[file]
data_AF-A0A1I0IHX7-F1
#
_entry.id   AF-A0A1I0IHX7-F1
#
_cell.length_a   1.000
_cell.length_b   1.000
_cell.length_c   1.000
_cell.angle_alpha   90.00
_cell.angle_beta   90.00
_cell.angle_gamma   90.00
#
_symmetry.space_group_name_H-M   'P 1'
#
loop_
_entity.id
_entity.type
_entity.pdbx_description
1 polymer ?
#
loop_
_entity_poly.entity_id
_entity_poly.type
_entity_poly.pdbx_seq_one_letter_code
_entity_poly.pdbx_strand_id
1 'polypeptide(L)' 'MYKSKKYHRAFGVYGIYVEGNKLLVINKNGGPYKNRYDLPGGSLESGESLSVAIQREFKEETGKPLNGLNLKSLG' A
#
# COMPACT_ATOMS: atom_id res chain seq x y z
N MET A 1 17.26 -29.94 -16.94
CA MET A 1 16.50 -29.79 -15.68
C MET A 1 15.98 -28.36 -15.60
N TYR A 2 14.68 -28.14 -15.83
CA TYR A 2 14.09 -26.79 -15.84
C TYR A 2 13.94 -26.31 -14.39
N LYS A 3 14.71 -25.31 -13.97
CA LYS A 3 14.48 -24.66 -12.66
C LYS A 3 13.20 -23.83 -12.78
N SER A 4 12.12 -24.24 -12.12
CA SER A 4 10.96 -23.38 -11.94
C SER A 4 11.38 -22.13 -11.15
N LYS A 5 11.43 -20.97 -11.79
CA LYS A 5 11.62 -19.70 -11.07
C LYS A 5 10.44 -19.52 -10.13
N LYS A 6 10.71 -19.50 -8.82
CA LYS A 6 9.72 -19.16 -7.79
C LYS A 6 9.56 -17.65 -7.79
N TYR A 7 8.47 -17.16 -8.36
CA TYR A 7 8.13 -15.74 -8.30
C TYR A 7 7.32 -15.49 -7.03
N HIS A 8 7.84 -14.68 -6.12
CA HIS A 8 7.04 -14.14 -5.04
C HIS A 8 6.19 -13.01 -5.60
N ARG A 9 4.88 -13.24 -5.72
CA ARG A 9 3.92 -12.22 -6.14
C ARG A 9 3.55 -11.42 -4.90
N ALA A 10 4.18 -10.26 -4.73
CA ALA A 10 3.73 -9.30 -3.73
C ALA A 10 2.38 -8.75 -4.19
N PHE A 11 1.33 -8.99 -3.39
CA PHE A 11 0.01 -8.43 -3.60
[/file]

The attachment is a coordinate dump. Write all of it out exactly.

data_AF-A0A1I0IHX7-F1
#
_entry.id   AF-A0A1I0IHX7-F1
#
_cell.length_a   1.000
_cell.length_b   1.000
_cell.length_c   1.000
_cell.angle_alpha   90.00
_cell.angle_beta   90.00
_cell.angle_gamma   90.00
#
_symmetry.space_group_name_H-M   'P 1'
#
loop_
_entity.id
_entity.type
_entity.pdbx_description
1 polymer ?
#
loop_
_entity_poly.entity_id
_entity_poly.type
_entity_poly.pdbx_seq_one_letter_code
_entity_poly.pdbx_strand_id
1 'polypeptide(L)' 'MYKSKKYHRAFGVYGIYVEGNKLLVINKNGGPYKNRYDLPGGSLESGESLSVAIQREFKEETGKPLNGLNLKSLG' A
#
# COMPACT_ATOMS: atom_id res chain seq x y z
N MET A 1 17.26 -29.94 -16.94
CA MET A 1 16.50 -29.79 -15.68
C MET A 1 15.98 -28.36 -15.60
N TYR A 2 14.68 -28.14 -15.83
CA TYR A 2 14.09 -26.79 -15.84
C TYR A 2 13.94 -26.31 -14.39
N LYS A 3 14.71 -25.31 -13.97
CA LYS A 3 14.48 -24.66 -12.66
C LYS A 3 13.20 -23.83 -12.78
N SER A 4 12.12 -24.24 -12.12
CA SER A 4 10.96 -23.38 -11.94
C SER A 4 11.38 -22.13 -11.15
N LYS A 5 11.43 -20.97 -11.79
CA LYS A 5 11.62 -19.70 -11.07
C LYS A 5 10.44 -19.52 -10.13
N LYS A 6 10.71 -19.50 -8.82
CA LYS A 6 9.72 -19.16 -7.79
C LYS A 6 9.56 -17.65 -7.79
N TYR A 7 8.47 -17.16 -8.36
CA TYR A 7 8.13 -15.74 -8.30
C TYR A 7 7.32 -15.49 -7.03
N HIS A 8 7.84 -14.68 -6.12
CA HIS A 8 7.04 -14.14 -5.04
C HIS A 8 6.19 -13.01 -5.60
N ARG A 9 4.88 -13.24 -5.72
CA ARG A 9 3.92 -12.22 -6.14
C ARG A 9 3.55 -11.42 -4.90
N ALA A 10 4.18 -10.26 -4.73
CA ALA A 10 3.73 -9.30 -3.73
C ALA A 10 2.38 -8.75 -4.19
N PHE A 11 1.33 -8.99 -3.39
CA PHE A 11 0.01 -8.43 -3.60